- ‘and, in his...’ — lit.: ‘therefore, he drowned in wine and in his overconfidence’.
[p.165 cont.] Liudgert, the admiral of Wichhirt, was my comrade, and afterwards my friend. Out of his diary I have taken the following history.
After we had been settled 12 times 100 and twice 12 years in the Five Waters (Punjab), whilst our naval warriors were navigating all the seas they could find, came Alexander the King, with a powerful army descending the river towards our villages. No one could withstand him; but we sea-people, who lived by the sea, put all our possessions on board ships and took our departure. When Alexander heard that such a large fleet had escaped him, he became furious, and swore that he would burn all the villages if we did not come back. Wichhirte was ill in bed. When Alexander heard that, he waited till he was better. After that he came to him, speaking very kindly—but he deceived, [p.167] as he had done before. Wichhirte answered: Oh greatest of kings, we sailors go everywhere; we have heard of your great deeds, therefore we are full of respect for your arms, and still more for your wisdom; but we who are free-born Fryas children, we may mot become your slaves; and even if I would, the others would sooner die, for so it is commanded in our laws. Alexander said: I do not desire to take your land or make slaves of your people, I only wish to hire your services. That I will swear by both our Gods, so that no one may be dissatisfied. When Alexander shared bread and salt with him, Wichhirte had chosen the wisest part. He let his son fetch the ships. When they were all come back Alexander hired them all. By means of them he wished to transport his people to the holy Ganges, which he had not been able to reach. Then he chose among all his people and soldiers those who were accustomed to the sea. Wichhirte had fallen sick again, therefore I went alone with Nearchus, sent by the king. The voyage came to an end without any advantage, because the Joniers and the Phœnicians were always quarrelling, so that Nearchus himself could not keep them in order. In the meantime, the king had not sat still. He had let his soldiers cut down trees and make planks, with which, with the help of our carpenters, he had built ships. Now he would himself become a sea-king, and sail with his whole army up the Ganges; but the soldiers who came from the mountainous countries were afraid of the sea. When they heard that they must sail, they set fire to the timber yards, and so our whole village was laid in ashes. At first we thought that this had been done by Alexander's orders, and we were all ready to cast ourselves into the sea: but Alexander was furious, and wished his own people to kill the soldiers. However, Nearchus, [p.169] who was not only his chief officer, but also his friend, advised him not to do so. So he pretended to believe that it had happened by accident, and said no more about it. He wished now to return, but before going he made an inquiry who really were the guilty ones. As soon as he ascertained it, he had them all disarmed, and made them build a new village. His own people he kept under arms to overawe the others, and to build a citadel. We were to take the women and children with us. When we arrived at the mouth of the Euphrates, we might either choose a place to settle there or come back. Our pay would be guaranteed to us the same in either case. Upon the new ships which had been saved from the fire he embarked the Joniers and the Greeks. He himself went with the rest of his people along the coast, through the barren wilderness; that is, through the land that she had heaved up out of the sea when she had raised up the strait as soon as our forefathers had passed into the Red Sea.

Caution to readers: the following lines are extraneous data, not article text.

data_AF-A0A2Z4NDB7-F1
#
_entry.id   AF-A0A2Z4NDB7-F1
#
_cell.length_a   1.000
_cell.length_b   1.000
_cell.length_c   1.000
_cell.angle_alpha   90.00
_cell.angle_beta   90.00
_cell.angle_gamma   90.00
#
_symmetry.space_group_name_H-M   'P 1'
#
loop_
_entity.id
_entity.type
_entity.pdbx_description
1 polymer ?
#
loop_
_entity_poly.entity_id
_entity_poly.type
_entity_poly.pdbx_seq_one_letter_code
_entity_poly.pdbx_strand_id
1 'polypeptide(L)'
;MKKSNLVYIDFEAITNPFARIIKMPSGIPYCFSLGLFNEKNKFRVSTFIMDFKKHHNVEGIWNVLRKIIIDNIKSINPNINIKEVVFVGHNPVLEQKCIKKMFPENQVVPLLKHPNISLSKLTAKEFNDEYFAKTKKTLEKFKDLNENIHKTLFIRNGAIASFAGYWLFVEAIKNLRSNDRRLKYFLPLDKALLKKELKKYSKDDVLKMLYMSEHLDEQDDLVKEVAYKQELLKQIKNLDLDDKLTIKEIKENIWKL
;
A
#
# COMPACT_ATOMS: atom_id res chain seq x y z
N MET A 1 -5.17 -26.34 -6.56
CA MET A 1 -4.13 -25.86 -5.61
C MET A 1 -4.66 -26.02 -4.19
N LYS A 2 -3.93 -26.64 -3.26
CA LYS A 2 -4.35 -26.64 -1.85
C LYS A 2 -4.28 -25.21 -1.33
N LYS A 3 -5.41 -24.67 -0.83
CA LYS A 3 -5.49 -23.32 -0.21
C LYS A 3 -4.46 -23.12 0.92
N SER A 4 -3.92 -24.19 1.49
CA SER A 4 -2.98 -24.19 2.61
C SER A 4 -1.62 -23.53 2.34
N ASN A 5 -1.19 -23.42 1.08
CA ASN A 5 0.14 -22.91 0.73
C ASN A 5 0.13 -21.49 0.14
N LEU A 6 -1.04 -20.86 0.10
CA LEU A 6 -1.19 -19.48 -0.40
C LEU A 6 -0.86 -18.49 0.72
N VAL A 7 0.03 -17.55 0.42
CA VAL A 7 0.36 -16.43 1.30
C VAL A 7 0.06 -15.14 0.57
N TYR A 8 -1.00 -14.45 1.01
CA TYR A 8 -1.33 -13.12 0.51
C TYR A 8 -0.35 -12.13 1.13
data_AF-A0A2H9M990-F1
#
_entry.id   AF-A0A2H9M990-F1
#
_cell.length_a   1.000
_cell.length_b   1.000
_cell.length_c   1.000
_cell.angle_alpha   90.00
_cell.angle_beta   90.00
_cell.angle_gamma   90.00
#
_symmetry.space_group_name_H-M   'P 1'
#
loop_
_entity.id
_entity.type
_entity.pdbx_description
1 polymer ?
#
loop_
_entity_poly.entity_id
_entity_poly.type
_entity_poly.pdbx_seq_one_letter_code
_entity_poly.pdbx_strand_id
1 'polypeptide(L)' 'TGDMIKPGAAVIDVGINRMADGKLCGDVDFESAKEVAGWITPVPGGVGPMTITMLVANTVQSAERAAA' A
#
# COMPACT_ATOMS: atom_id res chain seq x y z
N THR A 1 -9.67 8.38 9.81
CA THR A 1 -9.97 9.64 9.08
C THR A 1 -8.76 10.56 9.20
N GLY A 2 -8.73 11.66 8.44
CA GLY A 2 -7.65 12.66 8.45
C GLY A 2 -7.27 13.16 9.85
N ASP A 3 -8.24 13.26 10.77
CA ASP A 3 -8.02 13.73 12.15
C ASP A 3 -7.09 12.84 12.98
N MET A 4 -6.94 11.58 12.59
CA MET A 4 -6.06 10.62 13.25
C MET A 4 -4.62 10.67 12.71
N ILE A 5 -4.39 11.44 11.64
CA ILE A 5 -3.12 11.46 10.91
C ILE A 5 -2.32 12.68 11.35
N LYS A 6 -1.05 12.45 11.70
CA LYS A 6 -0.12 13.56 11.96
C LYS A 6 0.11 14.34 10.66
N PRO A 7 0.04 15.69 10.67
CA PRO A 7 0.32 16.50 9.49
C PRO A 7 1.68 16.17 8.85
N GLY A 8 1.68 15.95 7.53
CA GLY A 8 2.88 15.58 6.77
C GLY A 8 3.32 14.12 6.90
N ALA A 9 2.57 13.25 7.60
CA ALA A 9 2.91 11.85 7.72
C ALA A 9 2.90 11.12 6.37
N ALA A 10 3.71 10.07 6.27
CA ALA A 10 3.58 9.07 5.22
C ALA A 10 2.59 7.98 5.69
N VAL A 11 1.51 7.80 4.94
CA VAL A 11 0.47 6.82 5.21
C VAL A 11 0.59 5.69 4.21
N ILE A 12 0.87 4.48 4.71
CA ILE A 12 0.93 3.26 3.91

When we arrived at New Gertmania (New Gertmania is the port that we had made in order to take in water), we met Alexander with his army. Nearchus went ashore, and stayed three days. Then we proceeded further on. When we came to the Euphrates, Nearchus went ashore with the soldiers and a large body of people; but he soon returned, and said, The Bing requests you, for his sake, to go a voyage up the Red Sea; after that each shall receive as much gold as he can carry. When we arrived there, he showed us where the strait had formerly been. There he spent thirty-one days, always looking steadily towards the desert.
At last there arrived a great troop of people, bringing with them 200 elephants, 1000 camels, a quantity of timber, ropes, and all kinds of implements necessary to drag our fleet to the Mediterranean Sea. This astounded us, and seemed [p.171] most extraordinary; but Nearchus told us that his king wished to show to the other kings that he was more powerful than any kings of Tyre had ever been. We were only to assist, and that surely could do us no harm. We were obliged to yield, and Nearchus knew so well how to regulate everything, that before three months had elapsed our ships lay in the Mediterranean Sea. When Alexander ascertained how his project had succeeded, he became so audacious that he wished to dig out the dried-up strait in defiance of Irtha; but Wr-alda deserted his soul, so that he destroyed himself by wine and rashness before he could begin it. After his death his kingdom was divided among his princes. They were each to have preserved a share for his sons, but that was not their intention. Each wished to keep his own share, and to get more. Then war arose, and we could not return. Nearchus wished us to settle on the coast of Phœnicia, but that no one would do. We said we would rather risk the attempt to return to Fryasland. Then he brought us to the new port of Athens, where all the true children of Frya had formerly gone. We went, soldiers with our goods and weapons.
- 327+1224 is 1551 before Christ.
- Alexander at the Indus, 327 before Christ.